In the question and answer session Professor Eric Goodyear of Leicester’s De Montfort University said that over five years ago he had spent 18 months trying to get eight competing operators in the room to talk about multi operator smartcards. When he had done so there was no funding available from the DfT to take the project forward but it had been clear that the barriers to the introduction of smart ticketing were not technical but commercial. The questions were: How did you manage revenue sharing and how did you get people to swipe off buses at the end of a journey? Mike agreed that the barriers were not technical but economic and commercial.
I asked Mike whether the ITSO standard, on which the project relies, was high enough and if it was, how long would it be? He said that ITSO had lots of problems but if it didn’t exist you would have to invent it. He believed it was ‘just about fit for purpose now and it might get better.’ He predicted that, ‘it will be with us for at least the next 10 years because those that have invested would want to see a return on their investment but ultimately it would be overtaken by other systems.’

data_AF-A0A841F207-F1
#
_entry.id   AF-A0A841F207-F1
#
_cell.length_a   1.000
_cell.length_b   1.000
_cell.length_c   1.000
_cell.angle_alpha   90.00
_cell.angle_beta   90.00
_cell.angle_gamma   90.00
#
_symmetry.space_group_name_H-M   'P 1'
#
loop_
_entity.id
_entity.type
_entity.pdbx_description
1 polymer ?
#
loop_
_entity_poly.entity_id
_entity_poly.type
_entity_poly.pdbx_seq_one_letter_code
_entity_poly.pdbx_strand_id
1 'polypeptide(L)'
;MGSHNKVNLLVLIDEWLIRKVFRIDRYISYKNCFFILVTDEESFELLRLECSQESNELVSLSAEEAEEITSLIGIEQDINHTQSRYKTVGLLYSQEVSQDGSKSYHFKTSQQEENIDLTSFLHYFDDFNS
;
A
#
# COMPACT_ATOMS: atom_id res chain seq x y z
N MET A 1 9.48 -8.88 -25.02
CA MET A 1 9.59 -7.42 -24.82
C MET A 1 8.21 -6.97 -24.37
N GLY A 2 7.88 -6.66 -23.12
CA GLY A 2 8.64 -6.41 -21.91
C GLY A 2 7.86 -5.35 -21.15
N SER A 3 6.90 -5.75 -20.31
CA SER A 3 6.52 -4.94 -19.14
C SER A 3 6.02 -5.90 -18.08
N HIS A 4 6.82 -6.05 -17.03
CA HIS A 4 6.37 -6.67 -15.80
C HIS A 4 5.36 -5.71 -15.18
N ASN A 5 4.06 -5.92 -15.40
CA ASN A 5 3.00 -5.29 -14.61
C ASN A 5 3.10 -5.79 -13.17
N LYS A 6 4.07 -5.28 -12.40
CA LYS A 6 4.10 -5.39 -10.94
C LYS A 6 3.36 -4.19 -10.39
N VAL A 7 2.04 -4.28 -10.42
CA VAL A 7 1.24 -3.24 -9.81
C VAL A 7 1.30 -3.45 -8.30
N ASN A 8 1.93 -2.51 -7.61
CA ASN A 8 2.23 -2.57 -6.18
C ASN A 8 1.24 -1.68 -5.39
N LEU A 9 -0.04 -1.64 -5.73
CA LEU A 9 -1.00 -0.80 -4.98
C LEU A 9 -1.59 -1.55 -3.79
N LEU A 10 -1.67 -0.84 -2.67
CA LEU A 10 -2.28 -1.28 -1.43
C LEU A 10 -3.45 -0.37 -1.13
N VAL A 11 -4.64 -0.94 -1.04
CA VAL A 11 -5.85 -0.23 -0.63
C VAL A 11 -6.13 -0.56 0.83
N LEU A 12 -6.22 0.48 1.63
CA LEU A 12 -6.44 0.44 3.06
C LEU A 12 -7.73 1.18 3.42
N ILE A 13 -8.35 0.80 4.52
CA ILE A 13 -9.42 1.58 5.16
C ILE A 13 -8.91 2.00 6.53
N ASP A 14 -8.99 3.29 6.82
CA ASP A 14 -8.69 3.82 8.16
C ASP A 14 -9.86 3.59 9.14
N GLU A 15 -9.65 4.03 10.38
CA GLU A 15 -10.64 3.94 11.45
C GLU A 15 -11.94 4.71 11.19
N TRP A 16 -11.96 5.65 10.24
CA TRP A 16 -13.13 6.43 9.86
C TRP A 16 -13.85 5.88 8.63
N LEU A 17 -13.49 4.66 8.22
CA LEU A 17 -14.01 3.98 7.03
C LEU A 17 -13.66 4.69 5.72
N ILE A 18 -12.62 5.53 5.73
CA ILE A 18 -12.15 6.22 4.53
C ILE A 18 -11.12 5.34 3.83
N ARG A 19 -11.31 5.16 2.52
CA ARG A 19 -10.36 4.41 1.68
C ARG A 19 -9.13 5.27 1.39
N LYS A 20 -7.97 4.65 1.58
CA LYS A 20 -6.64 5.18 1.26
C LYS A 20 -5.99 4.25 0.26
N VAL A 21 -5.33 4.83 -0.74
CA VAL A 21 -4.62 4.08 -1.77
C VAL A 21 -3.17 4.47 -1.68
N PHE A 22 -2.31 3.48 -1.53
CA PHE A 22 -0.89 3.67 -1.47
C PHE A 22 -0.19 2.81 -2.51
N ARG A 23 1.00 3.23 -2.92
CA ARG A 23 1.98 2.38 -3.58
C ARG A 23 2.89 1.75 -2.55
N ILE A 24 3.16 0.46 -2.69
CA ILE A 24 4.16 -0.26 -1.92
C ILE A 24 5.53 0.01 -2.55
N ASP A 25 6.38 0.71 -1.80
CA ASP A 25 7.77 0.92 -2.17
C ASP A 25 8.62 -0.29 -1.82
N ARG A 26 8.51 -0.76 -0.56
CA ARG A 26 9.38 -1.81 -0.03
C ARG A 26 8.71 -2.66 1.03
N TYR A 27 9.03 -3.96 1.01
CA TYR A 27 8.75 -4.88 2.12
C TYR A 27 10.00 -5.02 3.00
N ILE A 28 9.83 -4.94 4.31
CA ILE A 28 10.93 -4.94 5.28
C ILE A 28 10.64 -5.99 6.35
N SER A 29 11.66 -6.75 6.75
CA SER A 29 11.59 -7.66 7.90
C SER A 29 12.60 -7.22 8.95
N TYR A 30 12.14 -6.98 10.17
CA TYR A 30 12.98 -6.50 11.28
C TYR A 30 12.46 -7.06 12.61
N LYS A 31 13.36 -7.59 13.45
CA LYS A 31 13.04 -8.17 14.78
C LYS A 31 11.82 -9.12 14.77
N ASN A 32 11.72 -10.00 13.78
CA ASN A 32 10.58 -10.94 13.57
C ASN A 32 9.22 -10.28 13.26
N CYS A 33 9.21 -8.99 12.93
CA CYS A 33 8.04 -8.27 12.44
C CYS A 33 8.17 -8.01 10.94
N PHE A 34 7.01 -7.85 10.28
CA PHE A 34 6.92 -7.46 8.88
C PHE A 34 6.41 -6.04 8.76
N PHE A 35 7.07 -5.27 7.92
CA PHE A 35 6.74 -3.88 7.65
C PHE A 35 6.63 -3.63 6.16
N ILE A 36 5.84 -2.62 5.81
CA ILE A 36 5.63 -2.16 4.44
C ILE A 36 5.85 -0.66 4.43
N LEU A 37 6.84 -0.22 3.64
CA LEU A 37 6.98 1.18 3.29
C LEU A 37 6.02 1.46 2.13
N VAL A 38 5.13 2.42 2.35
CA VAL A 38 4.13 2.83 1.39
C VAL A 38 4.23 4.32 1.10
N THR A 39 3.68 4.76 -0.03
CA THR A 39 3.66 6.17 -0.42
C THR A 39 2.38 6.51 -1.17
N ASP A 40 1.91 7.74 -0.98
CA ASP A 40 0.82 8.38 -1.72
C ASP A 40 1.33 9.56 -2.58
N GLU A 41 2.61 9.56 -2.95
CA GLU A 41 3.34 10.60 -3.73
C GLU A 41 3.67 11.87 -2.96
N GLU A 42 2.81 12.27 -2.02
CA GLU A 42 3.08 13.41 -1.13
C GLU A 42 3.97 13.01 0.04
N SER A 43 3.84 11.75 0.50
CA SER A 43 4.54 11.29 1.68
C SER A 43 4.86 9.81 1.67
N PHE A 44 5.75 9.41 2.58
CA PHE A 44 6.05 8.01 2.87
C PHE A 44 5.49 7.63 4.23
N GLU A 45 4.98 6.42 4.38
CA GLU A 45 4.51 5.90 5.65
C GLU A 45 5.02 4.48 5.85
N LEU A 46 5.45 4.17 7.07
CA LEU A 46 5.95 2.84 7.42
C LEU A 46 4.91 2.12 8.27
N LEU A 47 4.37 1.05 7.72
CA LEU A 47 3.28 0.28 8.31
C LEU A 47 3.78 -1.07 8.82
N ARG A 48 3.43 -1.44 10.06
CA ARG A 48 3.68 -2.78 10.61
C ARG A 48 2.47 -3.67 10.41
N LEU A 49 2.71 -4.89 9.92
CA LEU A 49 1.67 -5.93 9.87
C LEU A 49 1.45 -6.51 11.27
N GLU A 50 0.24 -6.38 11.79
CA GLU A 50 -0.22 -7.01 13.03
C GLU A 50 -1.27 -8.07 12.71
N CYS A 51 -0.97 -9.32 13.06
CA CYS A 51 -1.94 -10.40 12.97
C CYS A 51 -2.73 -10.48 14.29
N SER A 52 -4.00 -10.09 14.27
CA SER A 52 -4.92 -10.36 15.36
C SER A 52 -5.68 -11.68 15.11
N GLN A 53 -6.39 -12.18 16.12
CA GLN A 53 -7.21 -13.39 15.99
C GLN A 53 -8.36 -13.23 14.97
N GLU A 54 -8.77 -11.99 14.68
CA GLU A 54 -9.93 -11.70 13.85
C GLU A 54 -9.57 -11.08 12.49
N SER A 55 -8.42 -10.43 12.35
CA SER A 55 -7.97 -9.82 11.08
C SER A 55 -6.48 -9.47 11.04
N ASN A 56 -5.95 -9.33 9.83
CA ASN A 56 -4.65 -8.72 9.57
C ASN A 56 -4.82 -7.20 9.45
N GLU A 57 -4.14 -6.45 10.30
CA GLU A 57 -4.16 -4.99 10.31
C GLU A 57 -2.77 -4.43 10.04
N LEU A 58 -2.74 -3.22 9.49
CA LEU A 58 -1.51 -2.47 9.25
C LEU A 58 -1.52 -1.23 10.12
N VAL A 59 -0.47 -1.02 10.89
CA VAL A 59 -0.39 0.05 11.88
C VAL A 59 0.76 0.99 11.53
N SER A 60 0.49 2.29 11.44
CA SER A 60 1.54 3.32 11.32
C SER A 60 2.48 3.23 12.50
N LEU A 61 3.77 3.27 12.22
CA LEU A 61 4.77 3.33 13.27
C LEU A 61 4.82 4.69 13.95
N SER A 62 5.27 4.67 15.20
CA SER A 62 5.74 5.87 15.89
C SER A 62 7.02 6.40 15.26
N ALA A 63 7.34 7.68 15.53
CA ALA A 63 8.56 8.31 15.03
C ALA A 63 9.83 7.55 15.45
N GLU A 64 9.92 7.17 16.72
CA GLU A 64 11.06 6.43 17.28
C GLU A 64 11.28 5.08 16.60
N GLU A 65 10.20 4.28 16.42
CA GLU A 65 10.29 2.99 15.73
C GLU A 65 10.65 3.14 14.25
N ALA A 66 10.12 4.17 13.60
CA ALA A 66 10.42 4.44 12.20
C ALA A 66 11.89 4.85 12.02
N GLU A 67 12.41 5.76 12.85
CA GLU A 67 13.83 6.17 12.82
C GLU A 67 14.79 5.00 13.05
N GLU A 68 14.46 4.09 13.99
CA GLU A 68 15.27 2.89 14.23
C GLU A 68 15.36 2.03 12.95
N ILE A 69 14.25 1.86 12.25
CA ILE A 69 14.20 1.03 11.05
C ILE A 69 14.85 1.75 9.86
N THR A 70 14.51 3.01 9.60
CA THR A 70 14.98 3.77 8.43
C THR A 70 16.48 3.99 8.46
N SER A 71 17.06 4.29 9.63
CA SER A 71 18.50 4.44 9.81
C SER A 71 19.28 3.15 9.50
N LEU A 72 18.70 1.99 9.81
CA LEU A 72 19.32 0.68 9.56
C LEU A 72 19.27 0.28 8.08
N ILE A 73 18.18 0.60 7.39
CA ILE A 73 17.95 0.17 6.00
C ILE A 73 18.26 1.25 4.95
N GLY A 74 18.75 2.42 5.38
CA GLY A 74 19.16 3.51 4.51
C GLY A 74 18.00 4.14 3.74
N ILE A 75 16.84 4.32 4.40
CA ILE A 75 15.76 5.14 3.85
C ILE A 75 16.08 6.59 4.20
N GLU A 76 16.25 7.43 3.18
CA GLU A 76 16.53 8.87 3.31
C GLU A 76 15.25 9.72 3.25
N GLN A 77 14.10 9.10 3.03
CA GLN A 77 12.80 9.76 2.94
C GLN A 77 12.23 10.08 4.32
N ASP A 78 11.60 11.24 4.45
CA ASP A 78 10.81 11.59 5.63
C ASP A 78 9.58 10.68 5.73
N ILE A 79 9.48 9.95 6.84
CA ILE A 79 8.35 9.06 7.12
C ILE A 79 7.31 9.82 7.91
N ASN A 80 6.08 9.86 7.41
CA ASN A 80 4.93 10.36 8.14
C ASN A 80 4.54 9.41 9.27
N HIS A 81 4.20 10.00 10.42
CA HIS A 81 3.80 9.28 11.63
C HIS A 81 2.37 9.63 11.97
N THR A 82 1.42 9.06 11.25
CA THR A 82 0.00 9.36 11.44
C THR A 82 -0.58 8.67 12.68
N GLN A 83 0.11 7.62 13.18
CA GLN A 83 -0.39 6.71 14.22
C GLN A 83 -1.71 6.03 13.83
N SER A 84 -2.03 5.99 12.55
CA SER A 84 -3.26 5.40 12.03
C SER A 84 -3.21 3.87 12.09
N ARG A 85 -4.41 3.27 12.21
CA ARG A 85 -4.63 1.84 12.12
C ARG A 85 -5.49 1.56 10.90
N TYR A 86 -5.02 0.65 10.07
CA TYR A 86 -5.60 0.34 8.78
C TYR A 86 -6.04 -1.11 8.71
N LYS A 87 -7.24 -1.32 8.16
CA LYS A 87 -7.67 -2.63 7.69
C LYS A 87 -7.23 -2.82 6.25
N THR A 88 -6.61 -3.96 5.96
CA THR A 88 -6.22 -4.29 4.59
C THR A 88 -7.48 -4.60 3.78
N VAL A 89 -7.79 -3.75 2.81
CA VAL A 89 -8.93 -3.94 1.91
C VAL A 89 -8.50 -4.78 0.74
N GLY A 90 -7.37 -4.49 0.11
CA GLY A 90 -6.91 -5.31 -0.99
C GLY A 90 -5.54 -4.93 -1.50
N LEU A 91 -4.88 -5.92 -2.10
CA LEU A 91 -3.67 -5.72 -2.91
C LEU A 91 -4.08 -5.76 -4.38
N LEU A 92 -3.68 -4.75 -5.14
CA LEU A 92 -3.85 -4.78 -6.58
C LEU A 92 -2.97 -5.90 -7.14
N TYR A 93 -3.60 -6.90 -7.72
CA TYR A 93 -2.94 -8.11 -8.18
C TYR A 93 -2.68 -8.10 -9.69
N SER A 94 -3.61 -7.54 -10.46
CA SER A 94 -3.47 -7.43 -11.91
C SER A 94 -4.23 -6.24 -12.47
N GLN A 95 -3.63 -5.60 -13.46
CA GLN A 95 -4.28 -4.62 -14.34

Strategic Accounts Director, Ecebs Ltd.
At the beginning of a presentation on ‘Smart Card Potential’ Mel established that the two main standalone uses for a smartcard were removing ice from car windscreens and (allegedly) removing bee stings without pain. Going beyond this, he saw the smartcard as an enabler. It was useful where information needed to be secure and where information needed to be mobile. It was going to be subject to growth, with predictions suggesting that 1.7billion cards will have been issued by 2018.